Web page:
A young and pretty Linux server OS that takes a bit of work
Zentyal 2: like Ubuntu, with bits on
There are a bare handful of accessories: just a text editor, image viewer, file manager and archiving tool. Actually this is a lot more than an old Unix hand would expect to find on a server, but LXDE is so minimal that it is hard to complain, and this is well in line with, say, a standard Windows Server 2008 install. Unlike ClearOS with its antiquated browser, it is a complete desktop, which depending on your take might be a good or a bad thing. All components are bang up to date.
At this point, the enthusiastic first-time admin is in for a bit of surprise: actually, the installation isn't done yet at all. Once you sign in to the dashboard, you have to choose the rest of the server components. There's a Simple option, which includes objects that look like buttons but aren't, or an expert one if you want to pick and choose – which is what we recommend.
By default, like the other distros here, Zentyal will be a full-featured router, firewall, proxy server and so on, as well as a file, print and email server. Optionally, you can also install either Zarafa or eGroupware for group collaboration. Zarafa aims to be an Exchange replacement, with a proprietary MAPI-compatible connector for Outlook, whereas eGroupware has a web interface, although it also supports Outlook and various other clients.
On the post-install screens, you choose the modules and functions you want. Depending on your choices, the system then suggests any add-ons you might like, such as virus scanning, and after confirmation installs them all. No reboot is required, but then, when applying software updates, the system doesn't ask for a reboot then, either – even if updates such as new kernels have been applied, which are not active until the server restarts. We also noticed that even after the system was fully current according to the dashboard, running apt-get dist-upgrade from a terminal still found a few more, including a newer kernel and the ebox menu system behind the dashboard.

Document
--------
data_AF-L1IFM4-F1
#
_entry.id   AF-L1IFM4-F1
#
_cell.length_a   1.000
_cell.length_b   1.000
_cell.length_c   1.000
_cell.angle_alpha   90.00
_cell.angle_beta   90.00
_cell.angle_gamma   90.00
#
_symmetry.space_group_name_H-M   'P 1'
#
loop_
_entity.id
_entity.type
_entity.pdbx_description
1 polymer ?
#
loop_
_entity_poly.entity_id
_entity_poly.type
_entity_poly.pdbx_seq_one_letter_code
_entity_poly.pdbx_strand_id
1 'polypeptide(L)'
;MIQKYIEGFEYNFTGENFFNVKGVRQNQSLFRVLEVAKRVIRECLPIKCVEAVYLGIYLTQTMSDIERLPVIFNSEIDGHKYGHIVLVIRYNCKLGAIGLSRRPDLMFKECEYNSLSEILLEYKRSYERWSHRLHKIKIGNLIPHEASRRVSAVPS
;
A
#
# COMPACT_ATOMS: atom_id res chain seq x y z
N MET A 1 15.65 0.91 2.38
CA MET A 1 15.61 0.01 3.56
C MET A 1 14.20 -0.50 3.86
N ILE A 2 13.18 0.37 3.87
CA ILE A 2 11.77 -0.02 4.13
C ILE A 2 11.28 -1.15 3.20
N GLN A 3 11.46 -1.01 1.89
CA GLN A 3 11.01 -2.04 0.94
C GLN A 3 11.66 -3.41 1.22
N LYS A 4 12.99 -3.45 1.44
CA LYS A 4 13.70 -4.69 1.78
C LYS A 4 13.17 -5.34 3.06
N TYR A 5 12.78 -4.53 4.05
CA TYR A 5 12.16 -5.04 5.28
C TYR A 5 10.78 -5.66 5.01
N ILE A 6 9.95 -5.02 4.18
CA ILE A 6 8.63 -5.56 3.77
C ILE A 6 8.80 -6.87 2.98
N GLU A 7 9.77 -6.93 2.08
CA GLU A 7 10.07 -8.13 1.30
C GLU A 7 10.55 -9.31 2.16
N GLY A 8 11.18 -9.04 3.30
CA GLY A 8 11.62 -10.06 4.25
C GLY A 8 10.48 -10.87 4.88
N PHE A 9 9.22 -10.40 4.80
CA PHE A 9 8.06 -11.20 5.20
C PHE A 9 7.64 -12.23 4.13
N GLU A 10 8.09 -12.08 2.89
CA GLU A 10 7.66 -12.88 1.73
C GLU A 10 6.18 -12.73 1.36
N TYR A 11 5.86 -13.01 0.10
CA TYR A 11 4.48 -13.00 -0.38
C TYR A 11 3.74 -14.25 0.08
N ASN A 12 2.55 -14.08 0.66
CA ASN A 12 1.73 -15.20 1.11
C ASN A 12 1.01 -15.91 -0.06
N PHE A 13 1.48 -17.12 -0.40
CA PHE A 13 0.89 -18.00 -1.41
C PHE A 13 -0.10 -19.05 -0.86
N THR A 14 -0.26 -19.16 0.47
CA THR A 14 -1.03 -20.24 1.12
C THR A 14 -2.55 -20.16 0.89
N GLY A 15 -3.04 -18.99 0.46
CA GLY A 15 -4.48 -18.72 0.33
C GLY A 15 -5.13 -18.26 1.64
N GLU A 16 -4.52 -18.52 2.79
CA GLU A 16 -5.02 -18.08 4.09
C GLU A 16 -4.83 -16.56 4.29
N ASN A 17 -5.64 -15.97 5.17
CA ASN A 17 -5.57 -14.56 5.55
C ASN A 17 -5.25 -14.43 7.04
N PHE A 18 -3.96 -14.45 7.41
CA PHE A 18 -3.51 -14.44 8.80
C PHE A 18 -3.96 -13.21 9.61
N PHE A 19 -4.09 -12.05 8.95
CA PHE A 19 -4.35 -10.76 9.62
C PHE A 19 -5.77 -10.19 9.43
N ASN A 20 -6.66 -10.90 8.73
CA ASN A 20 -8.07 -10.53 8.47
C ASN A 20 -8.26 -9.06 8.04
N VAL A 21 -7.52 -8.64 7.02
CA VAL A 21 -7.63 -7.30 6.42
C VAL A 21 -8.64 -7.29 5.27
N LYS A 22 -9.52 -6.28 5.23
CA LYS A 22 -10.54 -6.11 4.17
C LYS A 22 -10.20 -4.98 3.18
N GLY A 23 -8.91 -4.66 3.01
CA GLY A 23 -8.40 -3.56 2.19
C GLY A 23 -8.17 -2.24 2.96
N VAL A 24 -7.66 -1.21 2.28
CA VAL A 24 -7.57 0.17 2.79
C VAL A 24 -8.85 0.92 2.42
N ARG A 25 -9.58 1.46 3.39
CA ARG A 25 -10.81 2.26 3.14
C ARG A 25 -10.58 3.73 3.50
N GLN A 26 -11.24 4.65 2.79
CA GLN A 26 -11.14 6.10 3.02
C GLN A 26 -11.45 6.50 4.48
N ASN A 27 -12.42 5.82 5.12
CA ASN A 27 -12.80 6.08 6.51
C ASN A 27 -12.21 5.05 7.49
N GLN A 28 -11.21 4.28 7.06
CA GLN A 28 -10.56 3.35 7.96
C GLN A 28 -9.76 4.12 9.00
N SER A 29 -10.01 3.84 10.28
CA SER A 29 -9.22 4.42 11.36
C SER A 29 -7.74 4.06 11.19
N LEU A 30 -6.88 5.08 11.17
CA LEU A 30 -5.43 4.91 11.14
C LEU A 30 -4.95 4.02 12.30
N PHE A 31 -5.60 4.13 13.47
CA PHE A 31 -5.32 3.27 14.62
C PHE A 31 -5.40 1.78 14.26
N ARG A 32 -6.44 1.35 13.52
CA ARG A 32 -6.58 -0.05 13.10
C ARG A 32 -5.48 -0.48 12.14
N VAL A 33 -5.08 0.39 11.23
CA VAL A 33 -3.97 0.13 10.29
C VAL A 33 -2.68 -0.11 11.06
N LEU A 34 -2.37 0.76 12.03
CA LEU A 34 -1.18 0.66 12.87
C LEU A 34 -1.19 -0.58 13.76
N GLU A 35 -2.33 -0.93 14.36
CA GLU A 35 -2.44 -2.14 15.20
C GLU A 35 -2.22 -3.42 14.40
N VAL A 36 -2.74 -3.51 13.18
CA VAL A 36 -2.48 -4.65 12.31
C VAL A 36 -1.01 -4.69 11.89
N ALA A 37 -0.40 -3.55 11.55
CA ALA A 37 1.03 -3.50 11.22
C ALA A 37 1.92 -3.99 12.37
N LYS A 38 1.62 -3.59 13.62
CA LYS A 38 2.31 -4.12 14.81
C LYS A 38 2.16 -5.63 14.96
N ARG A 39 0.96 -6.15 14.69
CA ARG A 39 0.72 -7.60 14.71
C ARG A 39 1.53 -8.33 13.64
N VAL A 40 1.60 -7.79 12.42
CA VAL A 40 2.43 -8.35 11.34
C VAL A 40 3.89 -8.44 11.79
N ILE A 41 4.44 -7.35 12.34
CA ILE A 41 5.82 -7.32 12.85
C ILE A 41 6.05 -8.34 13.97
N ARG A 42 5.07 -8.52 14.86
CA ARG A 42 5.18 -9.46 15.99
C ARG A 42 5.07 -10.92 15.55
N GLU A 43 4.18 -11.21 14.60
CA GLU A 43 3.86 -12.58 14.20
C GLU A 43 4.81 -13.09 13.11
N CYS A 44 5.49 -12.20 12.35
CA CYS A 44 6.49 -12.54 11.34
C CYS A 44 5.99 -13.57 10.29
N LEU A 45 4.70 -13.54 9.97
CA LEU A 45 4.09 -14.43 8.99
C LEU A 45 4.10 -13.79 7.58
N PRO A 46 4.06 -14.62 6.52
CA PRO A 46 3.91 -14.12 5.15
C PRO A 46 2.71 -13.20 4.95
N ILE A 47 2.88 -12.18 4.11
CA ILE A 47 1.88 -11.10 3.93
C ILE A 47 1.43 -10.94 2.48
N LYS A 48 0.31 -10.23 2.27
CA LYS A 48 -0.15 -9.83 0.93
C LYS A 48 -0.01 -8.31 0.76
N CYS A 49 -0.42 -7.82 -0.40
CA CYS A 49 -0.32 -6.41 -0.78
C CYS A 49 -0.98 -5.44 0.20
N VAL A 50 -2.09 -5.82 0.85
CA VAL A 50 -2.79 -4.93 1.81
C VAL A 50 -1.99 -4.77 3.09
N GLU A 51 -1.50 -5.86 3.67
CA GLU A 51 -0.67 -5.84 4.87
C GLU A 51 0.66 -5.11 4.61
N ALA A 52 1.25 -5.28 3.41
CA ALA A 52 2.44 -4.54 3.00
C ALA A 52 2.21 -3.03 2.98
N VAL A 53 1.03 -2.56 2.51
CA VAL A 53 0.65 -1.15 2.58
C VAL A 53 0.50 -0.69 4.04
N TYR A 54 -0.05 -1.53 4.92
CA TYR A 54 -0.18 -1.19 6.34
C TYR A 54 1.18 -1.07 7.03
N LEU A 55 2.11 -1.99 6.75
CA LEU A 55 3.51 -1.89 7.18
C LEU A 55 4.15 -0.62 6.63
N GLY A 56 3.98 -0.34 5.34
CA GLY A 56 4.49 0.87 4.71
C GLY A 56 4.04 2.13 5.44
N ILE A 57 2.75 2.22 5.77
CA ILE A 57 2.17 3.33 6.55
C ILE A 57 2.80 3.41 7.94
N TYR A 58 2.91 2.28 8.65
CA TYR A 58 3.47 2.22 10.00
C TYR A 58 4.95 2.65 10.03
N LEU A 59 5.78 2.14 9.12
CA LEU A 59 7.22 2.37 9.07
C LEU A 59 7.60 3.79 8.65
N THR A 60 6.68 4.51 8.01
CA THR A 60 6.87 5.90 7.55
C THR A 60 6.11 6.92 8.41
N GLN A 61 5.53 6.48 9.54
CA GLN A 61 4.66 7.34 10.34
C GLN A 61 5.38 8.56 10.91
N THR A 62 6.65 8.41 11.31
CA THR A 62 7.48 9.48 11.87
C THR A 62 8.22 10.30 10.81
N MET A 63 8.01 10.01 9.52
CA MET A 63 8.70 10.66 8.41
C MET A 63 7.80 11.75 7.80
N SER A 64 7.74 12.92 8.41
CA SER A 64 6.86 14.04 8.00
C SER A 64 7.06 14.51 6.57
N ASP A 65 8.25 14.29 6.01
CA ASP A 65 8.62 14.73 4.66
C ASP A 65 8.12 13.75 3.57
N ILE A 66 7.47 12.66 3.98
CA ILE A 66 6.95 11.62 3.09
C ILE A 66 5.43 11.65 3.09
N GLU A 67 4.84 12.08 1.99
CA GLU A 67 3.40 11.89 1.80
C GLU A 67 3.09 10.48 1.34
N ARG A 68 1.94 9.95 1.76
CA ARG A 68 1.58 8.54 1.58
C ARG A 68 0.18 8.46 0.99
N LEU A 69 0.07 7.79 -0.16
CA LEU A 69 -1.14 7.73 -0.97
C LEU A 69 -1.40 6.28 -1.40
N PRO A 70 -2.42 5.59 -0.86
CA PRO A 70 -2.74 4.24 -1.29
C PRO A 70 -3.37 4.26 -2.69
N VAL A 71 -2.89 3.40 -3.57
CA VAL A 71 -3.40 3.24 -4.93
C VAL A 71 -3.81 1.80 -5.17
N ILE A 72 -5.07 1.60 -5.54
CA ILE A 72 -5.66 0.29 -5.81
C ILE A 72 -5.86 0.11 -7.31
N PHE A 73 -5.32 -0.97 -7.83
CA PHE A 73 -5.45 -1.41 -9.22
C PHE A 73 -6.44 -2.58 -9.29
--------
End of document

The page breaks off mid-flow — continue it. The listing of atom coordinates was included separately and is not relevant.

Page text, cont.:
The software-updates screen warns that only "community-supported" updates are offered unless you sign up for a support subscription with Zentyal.com. We tried the free test subscription, which offers online backup of your server config, notification of server outages and updates, and free calls from Zentyal's VOIP server to other VOIP clients (as opposed to conventional phones).
Zentyal's free updates come from Ubuntu, so there's no need to register - but paid users get more thoroughly-tested ones
Installation thus takes several phases – base system, then reboot, then the modules. Then you must go through the typical cycle of run an update, reboot, then check for further updates and possibly install them and reboot again. It's all straightforward enough, though, and the update-reboot-update-again cycle applies to SME Server, CentOS and pretty much all modern OSs.